The data needed joint reviews by the AHPRA, the AIHW and HWA to manage the range of considerations and data quality issues. This review process improved data quality, data definitions, metadata and data cleansing. The process also led to improvements in the AHPRA’s extracting scripts to provide consistency in data exchange specifications. This process delayed the supply of data but improved the overall quality. HWA has provided funding and assistance to the AHPRA to improve their survey tool infrastructure, thereby improving timeliness and quality of data provision in the future.
The AIHW did not receive complete data for 2012 until May 2013, with data initially having been expected in July 2012. The AHPRA have indicated that future data provision is anticipated to be timely and to be provided six weeks from the close of registration on 31 May.
Results from the NHWDS: nurses and midwives 2012 are published in the Nursing and midwifery workforce 2012 report. The report and workforce survey questionnaires are available from the AIHW website http://www.aihw.gov.au/workforce-publications/ (select link to Nurses and midwives workforce 2012).
Users can request data not available online or in reports via the Media and Strategic Engagement Unit on (02) 6244 1032 or via email to email@example.com. Requests that take longer than half an hour to compile are charged for on a cost-recovery basis.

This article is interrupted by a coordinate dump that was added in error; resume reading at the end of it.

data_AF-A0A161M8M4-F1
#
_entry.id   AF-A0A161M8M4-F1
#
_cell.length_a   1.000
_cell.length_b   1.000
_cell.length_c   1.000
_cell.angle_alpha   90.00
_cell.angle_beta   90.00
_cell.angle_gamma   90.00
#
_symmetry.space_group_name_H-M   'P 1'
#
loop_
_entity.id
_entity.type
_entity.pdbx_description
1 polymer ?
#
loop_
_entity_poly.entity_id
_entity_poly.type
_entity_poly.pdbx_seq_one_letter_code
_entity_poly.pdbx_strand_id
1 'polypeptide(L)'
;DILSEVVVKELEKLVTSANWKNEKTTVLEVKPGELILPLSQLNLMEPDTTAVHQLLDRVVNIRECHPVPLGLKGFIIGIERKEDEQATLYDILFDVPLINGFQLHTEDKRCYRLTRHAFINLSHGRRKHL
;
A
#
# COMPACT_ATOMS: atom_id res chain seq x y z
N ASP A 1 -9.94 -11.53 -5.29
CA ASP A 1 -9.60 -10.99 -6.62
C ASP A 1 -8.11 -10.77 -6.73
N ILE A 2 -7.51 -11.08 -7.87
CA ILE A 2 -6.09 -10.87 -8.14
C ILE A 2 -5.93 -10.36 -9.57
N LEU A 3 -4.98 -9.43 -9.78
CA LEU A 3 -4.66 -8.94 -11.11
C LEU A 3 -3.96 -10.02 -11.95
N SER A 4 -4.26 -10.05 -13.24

Access to the master unit record files may be requested through the AIHW Ethics Committee.
HWA provides a data tabulation tool, including data from the National health workforce dataset, on their website http://www.hwa.gov.au/work-programs/information-analysis-and-planning/health-workforce-data.
Descriptions of data items in the National Health Workforce Data Set: nurses and midwives 2012 are available on request from the Expenditure and Workforce Unit at the AIHW.
The surveys used by nurses and midwives are available from the AIHW website <http://www.aihw.gov.au/workforce-publications/> (select link to Nurses and midwives 2012).
Scope and coverage
The primary purpose of the National Health Workforce Data Set: nurses and midwives 2012 is to provide information on the number and the demographic and employment characteristics of nurses and midwives in Australia.
The NHWDS: nurses and midwives 2012 is relevant for understanding the size and characteristics of the nursing and midwifery workforce in Australia. It is therefore highly relevant for health agencies involved in workforce planning as well for health policy planning and implementation in general.